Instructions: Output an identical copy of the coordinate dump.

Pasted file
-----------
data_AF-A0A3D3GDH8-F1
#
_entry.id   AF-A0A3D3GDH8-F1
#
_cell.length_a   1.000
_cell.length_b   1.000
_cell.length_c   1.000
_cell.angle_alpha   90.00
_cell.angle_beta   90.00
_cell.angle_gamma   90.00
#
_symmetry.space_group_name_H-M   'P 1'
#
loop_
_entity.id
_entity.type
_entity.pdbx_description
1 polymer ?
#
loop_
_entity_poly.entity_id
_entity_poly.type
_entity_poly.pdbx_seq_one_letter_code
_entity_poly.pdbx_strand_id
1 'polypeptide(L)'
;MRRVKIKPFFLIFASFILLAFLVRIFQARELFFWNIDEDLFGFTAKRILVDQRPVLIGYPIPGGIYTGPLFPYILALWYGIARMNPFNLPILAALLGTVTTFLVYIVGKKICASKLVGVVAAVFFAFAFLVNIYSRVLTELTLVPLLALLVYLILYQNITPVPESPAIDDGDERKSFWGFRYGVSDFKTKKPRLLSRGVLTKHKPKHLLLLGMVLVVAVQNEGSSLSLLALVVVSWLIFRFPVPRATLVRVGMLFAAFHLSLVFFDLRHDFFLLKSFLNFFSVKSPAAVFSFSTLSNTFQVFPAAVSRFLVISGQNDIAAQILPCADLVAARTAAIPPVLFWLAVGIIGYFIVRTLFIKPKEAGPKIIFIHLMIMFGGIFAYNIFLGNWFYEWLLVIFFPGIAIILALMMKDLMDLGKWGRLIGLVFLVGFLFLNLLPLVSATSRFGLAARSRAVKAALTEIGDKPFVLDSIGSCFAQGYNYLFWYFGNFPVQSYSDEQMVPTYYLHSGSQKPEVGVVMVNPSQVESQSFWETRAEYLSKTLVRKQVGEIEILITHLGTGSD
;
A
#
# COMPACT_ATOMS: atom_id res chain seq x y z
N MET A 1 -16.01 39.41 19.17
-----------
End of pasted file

data_AF-A0A3D3GDH8-F1
#
_entry.id   AF-A0A3D3GDH8-F1
#
_cell.length_a   1.000
_cell.length_b   1.000
_cell.length_c   1.000
_cell.angle_alpha   90.00
_cell.angle_beta   90.00
_cell.angle_gamma   90.00
#
_symmetry.space_group_name_H-M   'P 1'
#
loop_
_entity.id
_entity.type
_entity.pdbx_description
1 polymer ?
#
loop_
_entity_poly.entity_id
_entity_poly.type
_entity_poly.pdbx_seq_one_letter_code
_entity_poly.pdbx_strand_id
1 'polypeptide(L)'
;MRRVKIKPFFLIFASFILLAFLVRIFQARELFFWNIDEDLFGFTAKRILVDQRPVLIGYPIPGGIYTGPLFPYILALWYGIARMNPFNLPILAALLGTVTTFLVYIVGKKICASKLVGVVAAVFFAFAFLVNIYSRVLTELTLVPLLALLVYLILYQNITPVPESPAIDDGDERKSFWGFRYGVSDFKTKKPRLLSRGVLTKHKPKHLLLLGMVLVVAVQNEGSSLSLLALVVVSWLIFRFPVPRATLVRVGMLFAAFHLSLVFFDLRHDFFLLKSFLNFFSVKSPAAVFSFSTLSNTFQVFPAAVSRFLVISGQNDIAAQILPCADLVAARTAAIPPVLFWLAVGIIGYFIVRTLFIKPKEAGPKIIFIHLMIMFGGIFAYNIFLGNWFYEWLLVIFFPGIAIILALMMKDLMDLGKWGRLIGLVFLVGFLFLNLLPLVSATSRFGLAARSRAVKAALTEIGDKPFVLDSIGSCFAQGYNYLFWYFGNFPVQSYSDEQMVPTYYLHSGSQKPEVGVVMVNPSQVESQSFWETRAEYLSKTLVRKQVGEIEILITHLGTGSD
;
A
#
# COMPACT_ATOMS: atom_id res chain seq x y z
N MET A 1 -16.01 39.41 19.17